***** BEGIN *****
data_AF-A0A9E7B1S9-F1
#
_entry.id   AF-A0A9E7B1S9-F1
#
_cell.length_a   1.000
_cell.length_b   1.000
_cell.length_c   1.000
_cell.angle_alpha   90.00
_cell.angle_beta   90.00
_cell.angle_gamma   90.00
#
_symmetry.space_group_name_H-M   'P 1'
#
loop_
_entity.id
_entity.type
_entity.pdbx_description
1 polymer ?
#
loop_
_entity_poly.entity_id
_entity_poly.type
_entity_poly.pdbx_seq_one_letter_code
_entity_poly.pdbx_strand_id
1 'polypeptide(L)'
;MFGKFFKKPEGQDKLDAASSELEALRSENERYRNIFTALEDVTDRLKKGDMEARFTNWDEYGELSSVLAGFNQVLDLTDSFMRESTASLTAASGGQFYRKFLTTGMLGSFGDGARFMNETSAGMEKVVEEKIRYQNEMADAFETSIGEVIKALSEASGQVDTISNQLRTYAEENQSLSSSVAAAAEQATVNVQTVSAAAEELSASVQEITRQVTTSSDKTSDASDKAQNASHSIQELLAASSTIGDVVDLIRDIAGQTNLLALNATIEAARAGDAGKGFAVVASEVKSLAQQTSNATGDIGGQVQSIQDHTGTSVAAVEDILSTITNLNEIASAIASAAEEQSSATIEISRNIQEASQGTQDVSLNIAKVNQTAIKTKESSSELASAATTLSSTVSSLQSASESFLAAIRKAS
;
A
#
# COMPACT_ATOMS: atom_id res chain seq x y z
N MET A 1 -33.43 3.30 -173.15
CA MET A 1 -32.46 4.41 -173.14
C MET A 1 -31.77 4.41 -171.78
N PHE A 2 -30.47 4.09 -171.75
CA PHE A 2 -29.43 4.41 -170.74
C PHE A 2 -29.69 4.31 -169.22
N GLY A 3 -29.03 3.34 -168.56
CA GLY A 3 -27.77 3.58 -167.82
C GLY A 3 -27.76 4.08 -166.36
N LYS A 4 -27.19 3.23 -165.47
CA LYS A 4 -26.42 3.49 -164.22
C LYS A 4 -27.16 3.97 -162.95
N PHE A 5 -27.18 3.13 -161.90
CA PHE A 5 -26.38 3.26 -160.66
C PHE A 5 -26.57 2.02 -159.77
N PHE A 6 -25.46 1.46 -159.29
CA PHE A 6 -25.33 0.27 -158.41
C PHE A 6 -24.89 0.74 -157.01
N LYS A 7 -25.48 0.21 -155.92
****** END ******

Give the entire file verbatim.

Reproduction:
data_AF-A0A9E7B1S9-F1
#
_entry.id   AF-A0A9E7B1S9-F1
#
_cell.length_a   1.000
_cell.length_b   1.000
_cell.length_c   1.000
_cell.angle_alpha   90.00
_cell.angle_beta   90.00
_cell.angle_gamma   90.00
#
_symmetry.space_group_name_H-M   'P 1'
#
loop_
_entity.id
_entity.type
_entity.pdbx_description
1 polymer ?
#
loop_
_entity_poly.entity_id
_entity_poly.type
_entity_poly.pdbx_seq_one_letter_code
_entity_poly.pdbx_strand_id
1 'polypeptide(L)'
;MFGKFFKKPEGQDKLDAASSELEALRSENERYRNIFTALEDVTDRLKKGDMEARFTNWDEYGELSSVLAGFNQVLDLTDSFMRESTASLTAASGGQFYRKFLTTGMLGSFGDGARFMNETSAGMEKVVEEKIRYQNEMADAFETSIGEVIKALSEASGQVDTISNQLRTYAEENQSLSSSVAAAAEQATVNVQTVSAAAEELSASVQEITRQVTTSSDKTSDASDKAQNASHSIQELLAASSTIGDVVDLIRDIAGQTNLLALNATIEAARAGDAGKGFAVVASEVKSLAQQTSNATGDIGGQVQSIQDHTGTSVAAVEDILSTITNLNEIASAIASAAEEQSSATIEISRNIQEASQGTQDVSLNIAKVNQTAIKTKESSSELASAATTLSSTVSSLQSASESFLAAIRKAS
;
A
#
# COMPACT_ATOMS: atom_id res chain seq x y z
N MET A 1 -33.43 3.30 -173.15
CA MET A 1 -32.46 4.41 -173.14
C MET A 1 -31.77 4.41 -171.78
N PHE A 2 -30.47 4.09 -171.75
CA PHE A 2 -29.43 4.41 -170.74
C PHE A 2 -29.69 4.31 -169.22
N GLY A 3 -29.03 3.34 -168.56
CA GLY A 3 -27.77 3.58 -167.82
C GLY A 3 -27.76 4.08 -166.36
N LYS A 4 -27.19 3.23 -165.47
CA LYS A 4 -26.42 3.49 -164.22
C LYS A 4 -27.16 3.97 -162.95
N PHE A 5 -27.18 3.13 -161.90
CA PHE A 5 -26.38 3.26 -160.66
C PHE A 5 -26.57 2.02 -159.77
N PHE A 6 -25.46 1.46 -159.29
CA PHE A 6 -25.33 0.27 -158.41
C PHE A 6 -24.89 0.74 -157.01
N LYS A 7 -25.48 0.21 -155.92